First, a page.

Sanctions

Lebanon

Australia fully implements the United Nations Security Council (UNSC) sanctions regime in relation to Lebanon. 

The UNSC adopted resolution 1636 (2005) on 31 October 2005 imposing the sanctions regime in response to the terrorist bombing in Beirut on 14 February 2005 that killed former Lebanese Prime Minister Rafiq Hariri and 22 others.  The sanctions regime initially imposed targeted financial transactions and travel bans.  The UNSC adopted resolution 1701 (2006) on 11 August 2006 imposing additional sanctions measures in response to the conflict between Israel and Hezbollah in July 2006.

This page summarises the current sanctions measures imposed by the UNSC and implemented by Australia in relation to Lebanon.

This page also includes useful links.

Restrictions on the export or supply of goods

Australian law prohibits the direct or indirect supply, sale or transfer to Lebanon of the following ‘export sanctioned goods’:

without a sanctions permit.

Conditions for the grant of a sanctions permit

The Minister for Foreign Affairs may grant a sanctions permit authorising an activity that would otherwise contravene this prohibition if the activity is authorised by the Government of Lebanon, or the United Nations Interim Force in Lebanon (UNIFIL).

If you assess that your activity satisfies these conditions, you may apply for a sanctions permit using the Online Sanctions Administration System (OSAS).

Implementing legislation

Restrictions on the export or provision of services

Australian law prohibits the provision to any person or entity in Lebanon of:

  • technical training or assistance

related to:

without a sanctions permit.

Conditions for the grant of a sanctions permit

The Minister for Foreign Affairs may grant a sanctions permit authorising an activity that would otherwise contravene this prohibition if it is authorised by the Government of Lebanon, or the United Nations Interim Force in Lebanon (UNIFIL).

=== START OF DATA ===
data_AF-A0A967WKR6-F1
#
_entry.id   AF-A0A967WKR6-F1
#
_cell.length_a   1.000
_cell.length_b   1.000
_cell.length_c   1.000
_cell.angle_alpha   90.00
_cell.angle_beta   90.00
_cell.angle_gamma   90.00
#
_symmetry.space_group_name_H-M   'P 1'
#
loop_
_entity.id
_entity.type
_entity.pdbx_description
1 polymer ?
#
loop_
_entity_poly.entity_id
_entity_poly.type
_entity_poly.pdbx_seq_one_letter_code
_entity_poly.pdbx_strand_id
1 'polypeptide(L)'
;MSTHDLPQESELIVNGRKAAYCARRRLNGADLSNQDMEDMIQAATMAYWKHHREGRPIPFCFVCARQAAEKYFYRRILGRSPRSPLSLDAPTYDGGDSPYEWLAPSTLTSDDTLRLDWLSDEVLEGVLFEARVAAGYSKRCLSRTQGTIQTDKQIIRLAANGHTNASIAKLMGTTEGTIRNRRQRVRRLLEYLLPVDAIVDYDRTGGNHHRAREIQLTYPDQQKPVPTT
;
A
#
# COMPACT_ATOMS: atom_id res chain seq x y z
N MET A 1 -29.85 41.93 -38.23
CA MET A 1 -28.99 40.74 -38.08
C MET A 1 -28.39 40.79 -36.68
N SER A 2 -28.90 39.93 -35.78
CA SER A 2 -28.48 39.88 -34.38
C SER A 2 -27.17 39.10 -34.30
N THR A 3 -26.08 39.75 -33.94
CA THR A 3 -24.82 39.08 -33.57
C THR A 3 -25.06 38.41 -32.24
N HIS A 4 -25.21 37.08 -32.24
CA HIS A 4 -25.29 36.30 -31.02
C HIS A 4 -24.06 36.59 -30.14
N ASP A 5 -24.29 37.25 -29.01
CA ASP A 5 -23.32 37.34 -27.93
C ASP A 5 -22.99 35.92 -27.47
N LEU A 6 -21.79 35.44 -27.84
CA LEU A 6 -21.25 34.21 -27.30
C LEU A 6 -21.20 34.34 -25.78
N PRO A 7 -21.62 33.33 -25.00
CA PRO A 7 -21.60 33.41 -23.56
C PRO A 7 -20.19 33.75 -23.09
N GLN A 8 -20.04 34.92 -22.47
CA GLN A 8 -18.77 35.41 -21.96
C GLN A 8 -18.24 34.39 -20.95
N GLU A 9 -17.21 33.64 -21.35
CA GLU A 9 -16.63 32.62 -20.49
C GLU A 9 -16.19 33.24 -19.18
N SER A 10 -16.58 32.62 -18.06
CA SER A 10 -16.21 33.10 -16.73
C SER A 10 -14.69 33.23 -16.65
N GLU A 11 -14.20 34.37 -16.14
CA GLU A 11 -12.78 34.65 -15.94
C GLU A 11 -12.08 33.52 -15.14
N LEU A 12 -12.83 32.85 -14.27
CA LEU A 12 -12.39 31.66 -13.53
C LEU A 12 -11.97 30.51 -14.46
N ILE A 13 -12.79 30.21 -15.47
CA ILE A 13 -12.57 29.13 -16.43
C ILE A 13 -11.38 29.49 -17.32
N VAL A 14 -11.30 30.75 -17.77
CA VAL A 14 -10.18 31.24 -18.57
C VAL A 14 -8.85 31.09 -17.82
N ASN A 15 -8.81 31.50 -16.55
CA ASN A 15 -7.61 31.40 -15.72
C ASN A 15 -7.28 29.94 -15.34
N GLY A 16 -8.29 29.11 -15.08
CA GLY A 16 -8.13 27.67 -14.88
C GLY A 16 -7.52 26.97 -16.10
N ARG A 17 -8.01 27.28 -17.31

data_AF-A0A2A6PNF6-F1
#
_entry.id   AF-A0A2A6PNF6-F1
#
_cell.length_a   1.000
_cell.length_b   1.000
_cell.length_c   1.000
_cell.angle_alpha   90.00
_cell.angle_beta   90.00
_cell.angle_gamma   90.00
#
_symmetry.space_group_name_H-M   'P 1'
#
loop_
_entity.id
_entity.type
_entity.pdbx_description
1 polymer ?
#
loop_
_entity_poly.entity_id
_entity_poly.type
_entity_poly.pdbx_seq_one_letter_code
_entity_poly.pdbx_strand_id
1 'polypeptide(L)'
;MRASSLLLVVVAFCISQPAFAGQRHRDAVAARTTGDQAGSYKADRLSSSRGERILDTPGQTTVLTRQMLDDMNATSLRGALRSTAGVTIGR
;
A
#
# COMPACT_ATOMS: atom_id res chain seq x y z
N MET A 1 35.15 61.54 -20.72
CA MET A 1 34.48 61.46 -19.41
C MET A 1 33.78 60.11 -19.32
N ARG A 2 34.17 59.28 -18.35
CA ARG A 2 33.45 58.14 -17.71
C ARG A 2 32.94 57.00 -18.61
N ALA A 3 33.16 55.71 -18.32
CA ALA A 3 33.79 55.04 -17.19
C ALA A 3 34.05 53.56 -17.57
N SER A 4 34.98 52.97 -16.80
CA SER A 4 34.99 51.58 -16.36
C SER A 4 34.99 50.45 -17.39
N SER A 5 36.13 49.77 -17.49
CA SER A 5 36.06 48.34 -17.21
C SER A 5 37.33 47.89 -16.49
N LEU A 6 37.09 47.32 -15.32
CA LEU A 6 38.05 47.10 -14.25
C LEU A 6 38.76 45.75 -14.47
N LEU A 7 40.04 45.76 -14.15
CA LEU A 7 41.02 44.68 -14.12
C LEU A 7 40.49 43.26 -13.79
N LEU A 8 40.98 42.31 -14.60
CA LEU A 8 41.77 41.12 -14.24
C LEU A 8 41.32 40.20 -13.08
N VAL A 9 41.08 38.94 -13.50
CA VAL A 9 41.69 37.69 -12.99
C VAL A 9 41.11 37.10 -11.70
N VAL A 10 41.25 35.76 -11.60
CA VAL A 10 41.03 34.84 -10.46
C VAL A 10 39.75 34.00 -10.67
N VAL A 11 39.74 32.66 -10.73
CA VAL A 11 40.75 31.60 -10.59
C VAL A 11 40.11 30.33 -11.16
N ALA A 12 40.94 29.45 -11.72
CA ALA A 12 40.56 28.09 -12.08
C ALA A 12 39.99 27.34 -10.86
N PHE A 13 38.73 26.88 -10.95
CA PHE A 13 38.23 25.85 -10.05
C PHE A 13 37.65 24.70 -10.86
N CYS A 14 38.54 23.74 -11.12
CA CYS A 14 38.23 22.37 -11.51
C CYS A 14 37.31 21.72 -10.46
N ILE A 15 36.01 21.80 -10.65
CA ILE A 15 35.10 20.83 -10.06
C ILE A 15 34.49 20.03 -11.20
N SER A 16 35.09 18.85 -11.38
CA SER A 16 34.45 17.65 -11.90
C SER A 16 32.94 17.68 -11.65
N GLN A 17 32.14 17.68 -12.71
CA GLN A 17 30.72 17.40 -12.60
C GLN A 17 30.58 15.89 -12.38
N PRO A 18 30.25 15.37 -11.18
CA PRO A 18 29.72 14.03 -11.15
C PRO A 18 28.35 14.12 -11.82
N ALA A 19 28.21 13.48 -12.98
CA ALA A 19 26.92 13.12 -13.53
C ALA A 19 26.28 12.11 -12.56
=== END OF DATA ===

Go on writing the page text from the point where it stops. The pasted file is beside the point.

If you assess that your activity satisfies these conditions, you may apply for a sanctions permit using the Online Sanctions Administration System (OSAS).

Implementing legislation

Targeted financial sanctions

Australian law prohibits:

  • the use of or dealing with an asset that is owned or controlled by a ‘designated person’ for Lebanon; and
  • making an asset available directly or indirectly to, or for the benefit of, a ‘designated person’ for Lebanon, a person or entity acting on behalf of or at the direction of a ‘designated person’ for Lebanon, or an entity owned or controlled by a ‘designated person’ for Lebanon

without a sanctions permit.

An ‘asset’ is defined broadly to include an asset or property of any kind, whether tangible or intangible, movable or immovable.

No person is currently designated for Lebanon by the UNSC or the UNSC Lebanon Sanctions Committee.

Implementing legislation

Travel bans

Australian law prohibits the entry into or transit through Australia of a ‘designated person’ for Lebanon without authorisation by the UNSC.

No person is currently designated by the UNSC or the UNSC Lebanon Sanctions Committee.

Implementing legislation